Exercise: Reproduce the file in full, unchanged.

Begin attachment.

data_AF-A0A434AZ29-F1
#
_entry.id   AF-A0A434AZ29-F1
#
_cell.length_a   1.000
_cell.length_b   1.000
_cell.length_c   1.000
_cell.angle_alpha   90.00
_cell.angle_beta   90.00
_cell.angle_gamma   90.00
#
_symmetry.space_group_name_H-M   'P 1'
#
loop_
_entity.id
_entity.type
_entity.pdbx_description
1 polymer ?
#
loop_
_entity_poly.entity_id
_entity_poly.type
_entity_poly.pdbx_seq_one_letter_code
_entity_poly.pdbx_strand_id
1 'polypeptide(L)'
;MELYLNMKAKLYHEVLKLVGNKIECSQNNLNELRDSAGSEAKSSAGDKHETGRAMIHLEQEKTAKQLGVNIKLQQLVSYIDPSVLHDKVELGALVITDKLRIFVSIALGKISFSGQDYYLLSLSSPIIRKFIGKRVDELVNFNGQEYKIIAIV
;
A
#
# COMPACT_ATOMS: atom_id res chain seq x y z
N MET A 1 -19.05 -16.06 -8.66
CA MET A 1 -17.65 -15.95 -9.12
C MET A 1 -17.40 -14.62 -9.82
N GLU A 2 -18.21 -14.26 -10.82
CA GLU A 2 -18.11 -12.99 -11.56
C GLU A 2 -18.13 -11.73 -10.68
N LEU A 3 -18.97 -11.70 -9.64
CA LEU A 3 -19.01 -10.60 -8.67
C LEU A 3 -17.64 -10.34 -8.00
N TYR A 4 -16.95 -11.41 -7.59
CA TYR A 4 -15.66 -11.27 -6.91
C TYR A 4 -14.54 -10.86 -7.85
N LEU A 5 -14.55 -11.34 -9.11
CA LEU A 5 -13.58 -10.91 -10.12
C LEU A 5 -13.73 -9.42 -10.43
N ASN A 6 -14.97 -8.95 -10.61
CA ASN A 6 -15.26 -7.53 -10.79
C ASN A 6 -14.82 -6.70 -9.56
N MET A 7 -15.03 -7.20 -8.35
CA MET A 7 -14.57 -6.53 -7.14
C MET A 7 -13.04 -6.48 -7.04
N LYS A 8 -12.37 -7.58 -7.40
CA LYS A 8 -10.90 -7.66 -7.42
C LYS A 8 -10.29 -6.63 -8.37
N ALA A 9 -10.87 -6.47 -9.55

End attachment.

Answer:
data_AF-A0A434AZ29-F1
#
_entry.id   AF-A0A434AZ29-F1
#
_cell.length_a   1.000
_cell.length_b   1.000
_cell.length_c   1.000
_cell.angle_alpha   90.00
_cell.angle_beta   90.00
_cell.angle_gamma   90.00
#
_symmetry.space_group_name_H-M   'P 1'
#
loop_
_entity.id
_entity.type
_entity.pdbx_description
1 polymer ?
#
loop_
_entity_poly.entity_id
_entity_poly.type
_entity_poly.pdbx_seq_one_letter_code
_entity_poly.pdbx_strand_id
1 'polypeptide(L)'
;MELYLNMKAKLYHEVLKLVGNKIECSQNNLNELRDSAGSEAKSSAGDKHETGRAMIHLEQEKTAKQLGVNIKLQQLVSYIDPSVLHDKVELGALVITDKLRIFVSIALGKISFSGQDYYLLSLSSPIIRKFIGKRVDELVNFNGQEYKIIAIV
;
A
#
# COMPACT_ATOMS: atom_id res chain seq x y z
N MET A 1 -19.05 -16.06 -8.66
CA MET A 1 -17.65 -15.95 -9.12
C MET A 1 -17.40 -14.62 -9.82
N GLU A 2 -18.21 -14.26 -10.82
CA GLU A 2 -18.11 -12.99 -11.56
C GLU A 2 -18.13 -11.73 -10.68
N LEU A 3 -18.97 -11.70 -9.64
CA LEU A 3 -19.01 -10.60 -8.67
C LEU A 3 -17.64 -10.34 -8.00
N TYR A 4 -16.95 -11.41 -7.59
CA TYR A 4 -15.66 -11.27 -6.91
C TYR A 4 -14.54 -10.86 -7.85
N LEU A 5 -14.55 -11.34 -9.11
CA LEU A 5 -13.58 -10.91 -10.12
C LEU A 5 -13.73 -9.42 -10.43
N ASN A 6 -14.97 -8.95 -10.61
CA ASN A 6 -15.26 -7.53 -10.79
C ASN A 6 -14.82 -6.70 -9.56
N MET A 7 -15.03 -7.20 -8.35
CA MET A 7 -14.57 -6.53 -7.14
C MET A 7 -13.04 -6.48 -7.04
N LYS A 8 -12.37 -7.58 -7.40
CA LYS A 8 -10.90 -7.66 -7.42
C LYS A 8 -10.29 -6.63 -8.37
N ALA A 9 -10.87 -6.47 -9.55